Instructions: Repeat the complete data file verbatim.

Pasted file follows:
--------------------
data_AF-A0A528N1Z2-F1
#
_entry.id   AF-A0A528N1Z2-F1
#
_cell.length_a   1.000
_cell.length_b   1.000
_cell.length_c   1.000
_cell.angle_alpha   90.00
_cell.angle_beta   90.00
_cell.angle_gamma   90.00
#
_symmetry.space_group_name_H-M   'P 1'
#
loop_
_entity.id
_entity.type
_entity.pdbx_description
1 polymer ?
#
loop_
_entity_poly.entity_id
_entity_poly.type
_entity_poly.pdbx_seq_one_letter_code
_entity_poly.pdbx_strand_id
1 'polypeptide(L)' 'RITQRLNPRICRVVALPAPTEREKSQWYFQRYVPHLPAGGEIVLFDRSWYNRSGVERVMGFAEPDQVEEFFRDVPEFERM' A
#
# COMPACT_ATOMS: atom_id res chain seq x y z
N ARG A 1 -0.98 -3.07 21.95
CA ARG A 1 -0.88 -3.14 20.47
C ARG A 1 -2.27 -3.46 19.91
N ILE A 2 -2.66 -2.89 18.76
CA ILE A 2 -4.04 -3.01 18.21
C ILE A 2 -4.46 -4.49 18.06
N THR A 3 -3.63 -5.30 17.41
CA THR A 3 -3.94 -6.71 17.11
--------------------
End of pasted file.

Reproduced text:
data_AF-A0A528N1Z2-F1
#
_entry.id   AF-A0A528N1Z2-F1
#
_cell.length_a   1.000
_cell.length_b   1.000
_cell.length_c   1.000
_cell.angle_alpha   90.00
_cell.angle_beta   90.00
_cell.angle_gamma   90.00
#
_symmetry.space_group_name_H-M   'P 1'
#
loop_
_entity.id
_entity.type
_entity.pdbx_description
1 polymer ?
#
loop_
_entity_poly.entity_id
_entity_poly.type
_entity_poly.pdbx_seq_one_letter_code
_entity_poly.pdbx_strand_id
1 'polypeptide(L)' 'RITQRLNPRICRVVALPAPTEREKSQWYFQRYVPHLPAGGEIVLFDRSWYNRSGVERVMGFAEPDQVEEFFRDVPEFERM' A
#
# COMPACT_ATOMS: atom_id res chain seq x y z
N ARG A 1 -0.98 -3.07 21.95
CA ARG A 1 -0.88 -3.14 20.47
C ARG A 1 -2.27 -3.46 19.91
N ILE A 2 -2.66 -2.89 18.76
CA ILE A 2 -4.04 -3.01 18.21
C ILE A 2 -4.46 -4.49 18.06
N THR A 3 -3.63 -5.30 17.41
CA THR A 3 -3.94 -6.71 17.11